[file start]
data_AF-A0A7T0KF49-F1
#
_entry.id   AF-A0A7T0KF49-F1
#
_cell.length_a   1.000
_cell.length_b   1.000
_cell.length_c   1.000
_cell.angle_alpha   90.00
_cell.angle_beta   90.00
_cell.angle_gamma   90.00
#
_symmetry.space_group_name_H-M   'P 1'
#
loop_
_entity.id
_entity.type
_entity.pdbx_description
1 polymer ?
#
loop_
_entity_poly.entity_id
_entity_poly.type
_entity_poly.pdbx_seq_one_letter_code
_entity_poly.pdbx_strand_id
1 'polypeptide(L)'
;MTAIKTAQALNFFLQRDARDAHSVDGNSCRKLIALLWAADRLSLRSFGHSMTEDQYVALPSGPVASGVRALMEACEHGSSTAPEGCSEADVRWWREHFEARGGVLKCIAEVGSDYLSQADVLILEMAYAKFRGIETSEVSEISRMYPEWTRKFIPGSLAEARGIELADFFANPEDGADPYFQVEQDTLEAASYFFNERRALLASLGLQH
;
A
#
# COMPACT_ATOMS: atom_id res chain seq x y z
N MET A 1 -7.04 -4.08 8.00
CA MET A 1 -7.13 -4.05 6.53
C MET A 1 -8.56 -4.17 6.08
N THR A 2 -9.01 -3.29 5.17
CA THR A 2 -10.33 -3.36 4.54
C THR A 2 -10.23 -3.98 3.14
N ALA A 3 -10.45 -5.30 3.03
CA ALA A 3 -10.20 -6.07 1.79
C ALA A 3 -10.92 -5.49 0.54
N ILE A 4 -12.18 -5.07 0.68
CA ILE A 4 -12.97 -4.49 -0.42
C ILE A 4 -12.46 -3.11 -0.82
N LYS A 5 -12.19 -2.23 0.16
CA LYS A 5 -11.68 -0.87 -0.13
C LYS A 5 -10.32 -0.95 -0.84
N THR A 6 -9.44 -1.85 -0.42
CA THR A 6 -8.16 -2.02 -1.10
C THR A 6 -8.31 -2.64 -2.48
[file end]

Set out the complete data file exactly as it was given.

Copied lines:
data_AF-A0A7T0KF49-F1
#
_entry.id   AF-A0A7T0KF49-F1
#
_cell.length_a   1.000
_cell.length_b   1.000
_cell.length_c   1.000
_cell.angle_alpha   90.00
_cell.angle_beta   90.00
_cell.angle_gamma   90.00
#
_symmetry.space_group_name_H-M   'P 1'
#
loop_
_entity.id
_entity.type
_entity.pdbx_description
1 polymer ?
#
loop_
_entity_poly.entity_id
_entity_poly.type
_entity_poly.pdbx_seq_one_letter_code
_entity_poly.pdbx_strand_id
1 'polypeptide(L)'
;MTAIKTAQALNFFLQRDARDAHSVDGNSCRKLIALLWAADRLSLRSFGHSMTEDQYVALPSGPVASGVRALMEACEHGSSTAPEGCSEADVRWWREHFEARGGVLKCIAEVGSDYLSQADVLILEMAYAKFRGIETSEVSEISRMYPEWTRKFIPGSLAEARGIELADFFANPEDGADPYFQVEQDTLEAASYFFNERRALLASLGLQH
;
A
#
# COMPACT_ATOMS: atom_id res chain seq x y z
N MET A 1 -7.04 -4.08 8.00
CA MET A 1 -7.13 -4.05 6.53
C MET A 1 -8.56 -4.17 6.08
N THR A 2 -9.01 -3.29 5.17
CA THR A 2 -10.33 -3.36 4.54
C THR A 2 -10.23 -3.98 3.14
N ALA A 3 -10.45 -5.30 3.03
CA ALA A 3 -10.20 -6.07 1.79
C ALA A 3 -10.92 -5.49 0.54
N ILE A 4 -12.18 -5.07 0.68
CA ILE A 4 -12.97 -4.49 -0.42
C ILE A 4 -12.46 -3.11 -0.82
N LYS A 5 -12.19 -2.23 0.16
CA LYS A 5 -11.68 -0.87 -0.13
C LYS A 5 -10.32 -0.95 -0.84
N THR A 6 -9.44 -1.85 -0.42
CA THR A 6 -8.16 -2.02 -1.10
C THR A 6 -8.31 -2.64 -2.48